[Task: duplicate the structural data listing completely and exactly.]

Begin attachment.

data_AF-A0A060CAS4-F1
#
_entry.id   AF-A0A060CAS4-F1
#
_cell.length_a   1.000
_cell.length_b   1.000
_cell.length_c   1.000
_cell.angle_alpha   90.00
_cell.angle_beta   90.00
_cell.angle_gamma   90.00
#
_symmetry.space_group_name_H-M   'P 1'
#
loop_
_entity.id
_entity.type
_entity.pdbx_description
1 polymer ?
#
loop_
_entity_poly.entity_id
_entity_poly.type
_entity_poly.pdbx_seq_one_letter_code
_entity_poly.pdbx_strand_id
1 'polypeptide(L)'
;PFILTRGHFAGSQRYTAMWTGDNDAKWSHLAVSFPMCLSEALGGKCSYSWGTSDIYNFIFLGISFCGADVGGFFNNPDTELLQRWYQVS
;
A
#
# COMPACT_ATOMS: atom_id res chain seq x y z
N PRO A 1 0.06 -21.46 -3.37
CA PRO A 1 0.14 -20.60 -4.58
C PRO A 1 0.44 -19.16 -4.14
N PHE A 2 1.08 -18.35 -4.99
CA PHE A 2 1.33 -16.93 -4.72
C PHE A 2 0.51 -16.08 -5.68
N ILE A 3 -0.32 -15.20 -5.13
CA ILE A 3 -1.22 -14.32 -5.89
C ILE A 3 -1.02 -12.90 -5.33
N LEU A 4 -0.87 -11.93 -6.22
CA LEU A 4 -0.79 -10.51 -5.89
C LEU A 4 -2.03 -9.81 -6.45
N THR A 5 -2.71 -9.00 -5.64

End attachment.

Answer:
data_AF-A0A060CAS4-F1
#
_entry.id   AF-A0A060CAS4-F1
#
_cell.length_a   1.000
_cell.length_b   1.000
_cell.length_c   1.000
_cell.angle_alpha   90.00
_cell.angle_beta   90.00
_cell.angle_gamma   90.00
#
_symmetry.space_group_name_H-M   'P 1'
#
loop_
_entity.id
_entity.type
_entity.pdbx_description
1 polymer ?
#
loop_
_entity_poly.entity_id
_entity_poly.type
_entity_poly.pdbx_seq_one_letter_code
_entity_poly.pdbx_strand_id
1 'polypeptide(L)'
;PFILTRGHFAGSQRYTAMWTGDNDAKWSHLAVSFPMCLSEALGGKCSYSWGTSDIYNFIFLGISFCGADVGGFFNNPDTELLQRWYQVS
;
A
#
# COMPACT_ATOMS: atom_id res chain seq x y z
N PRO A 1 0.06 -21.46 -3.37
CA PRO A 1 0.14 -20.60 -4.58
C PRO A 1 0.44 -19.16 -4.14
N PHE A 2 1.08 -18.35 -4.99
CA PHE A 2 1.33 -16.93 -4.72
C PHE A 2 0.51 -16.08 -5.68
N ILE A 3 -0.32 -15.20 -5.13
CA ILE A 3 -1.22 -14.32 -5.89
C ILE A 3 -1.02 -12.90 -5.33
N LEU A 4 -0.87 -11.93 -6.22
CA LEU A 4 -0.79 -10.51 -5.89
C LEU A 4 -2.03 -9.81 -6.45
N THR A 5 -2.71 -9.00 -5.64